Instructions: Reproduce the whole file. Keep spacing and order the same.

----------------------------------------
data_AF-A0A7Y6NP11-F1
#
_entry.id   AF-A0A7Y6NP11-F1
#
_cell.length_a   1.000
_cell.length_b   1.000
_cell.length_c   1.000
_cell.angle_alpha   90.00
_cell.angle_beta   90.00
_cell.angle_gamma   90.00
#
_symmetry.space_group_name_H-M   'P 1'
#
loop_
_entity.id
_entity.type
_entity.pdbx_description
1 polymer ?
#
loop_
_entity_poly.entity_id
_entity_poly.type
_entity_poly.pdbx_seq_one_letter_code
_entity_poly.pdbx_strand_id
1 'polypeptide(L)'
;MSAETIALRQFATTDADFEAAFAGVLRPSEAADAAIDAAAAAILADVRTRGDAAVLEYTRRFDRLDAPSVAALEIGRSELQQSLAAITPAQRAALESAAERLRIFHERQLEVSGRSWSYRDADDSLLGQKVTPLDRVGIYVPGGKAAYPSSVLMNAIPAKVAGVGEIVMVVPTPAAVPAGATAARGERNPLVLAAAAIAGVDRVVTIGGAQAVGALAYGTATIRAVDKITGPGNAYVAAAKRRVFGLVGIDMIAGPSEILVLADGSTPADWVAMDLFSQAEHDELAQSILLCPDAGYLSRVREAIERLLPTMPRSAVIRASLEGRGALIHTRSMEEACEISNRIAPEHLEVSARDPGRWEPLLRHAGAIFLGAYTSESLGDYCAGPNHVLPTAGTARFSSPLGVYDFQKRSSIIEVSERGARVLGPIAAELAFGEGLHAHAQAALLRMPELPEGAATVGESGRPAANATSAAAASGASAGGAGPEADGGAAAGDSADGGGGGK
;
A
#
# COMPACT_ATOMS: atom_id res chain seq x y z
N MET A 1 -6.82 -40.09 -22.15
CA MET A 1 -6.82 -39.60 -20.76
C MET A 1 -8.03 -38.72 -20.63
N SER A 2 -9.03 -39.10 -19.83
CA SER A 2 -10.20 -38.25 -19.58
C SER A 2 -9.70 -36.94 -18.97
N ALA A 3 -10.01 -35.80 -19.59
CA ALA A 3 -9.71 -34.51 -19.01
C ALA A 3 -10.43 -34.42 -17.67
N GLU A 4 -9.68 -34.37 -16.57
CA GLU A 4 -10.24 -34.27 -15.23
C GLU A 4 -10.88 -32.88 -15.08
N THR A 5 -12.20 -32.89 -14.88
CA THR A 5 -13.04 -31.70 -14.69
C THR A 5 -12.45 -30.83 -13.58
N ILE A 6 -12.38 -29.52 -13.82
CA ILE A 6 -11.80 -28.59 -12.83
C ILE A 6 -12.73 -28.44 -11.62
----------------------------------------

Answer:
data_AF-A0A7Y6NP11-F1
#
_entry.id   AF-A0A7Y6NP11-F1
#
_cell.length_a   1.000
_cell.length_b   1.000
_cell.length_c   1.000
_cell.angle_alpha   90.00
_cell.angle_beta   90.00
_cell.angle_gamma   90.00
#
_symmetry.space_group_name_H-M   'P 1'
#
loop_
_entity.id
_entity.type
_entity.pdbx_description
1 polymer ?
#
loop_
_entity_poly.entity_id
_entity_poly.type
_entity_poly.pdbx_seq_one_letter_code
_entity_poly.pdbx_strand_id
1 'polypeptide(L)'
;MSAETIALRQFATTDADFEAAFAGVLRPSEAADAAIDAAAAAILADVRTRGDAAVLEYTRRFDRLDAPSVAALEIGRSELQQSLAAITPAQRAALESAAERLRIFHERQLEVSGRSWSYRDADDSLLGQKVTPLDRVGIYVPGGKAAYPSSVLMNAIPAKVAGVGEIVMVVPTPAAVPAGATAARGERNPLVLAAAAIAGVDRVVTIGGAQAVGALAYGTATIRAVDKITGPGNAYVAAAKRRVFGLVGIDMIAGPSEILVLADGSTPADWVAMDLFSQAEHDELAQSILLCPDAGYLSRVREAIERLLPTMPRSAVIRASLEGRGALIHTRSMEEACEISNRIAPEHLEVSARDPGRWEPLLRHAGAIFLGAYTSESLGDYCAGPNHVLPTAGTARFSSPLGVYDFQKRSSIIEVSERGARVLGPIAAELAFGEGLHAHAQAALLRMPELPEGAATVGESGRPAANATSAAAASGASAGGAGPEADGGAAAGDSADGGGGGK
;
A
#
# COMPACT_ATOMS: atom_id res chain seq x y z
N MET A 1 -6.82 -40.09 -22.15
CA MET A 1 -6.82 -39.60 -20.76
C MET A 1 -8.03 -38.72 -20.63
N SER A 2 -9.03 -39.10 -19.83
CA SER A 2 -10.20 -38.25 -19.58
C SER A 2 -9.70 -36.94 -18.97
N ALA A 3 -10.01 -35.80 -19.59
CA ALA A 3 -9.71 -34.51 -19.01
C ALA A 3 -10.43 -34.42 -17.67
N GLU A 4 -9.68 -34.37 -16.57
CA GLU A 4 -10.24 -34.27 -15.23
C GLU A 4 -10.88 -32.88 -15.08
N THR A 5 -12.20 -32.89 -14.88
CA THR A 5 -13.04 -31.70 -14.69
C THR A 5 -12.45 -30.83 -13.58
N ILE A 6 -12.38 -29.52 -13.82
CA ILE A 6 -11.80 -28.59 -12.83
C ILE A 6 -12.73 -28.44 -11.62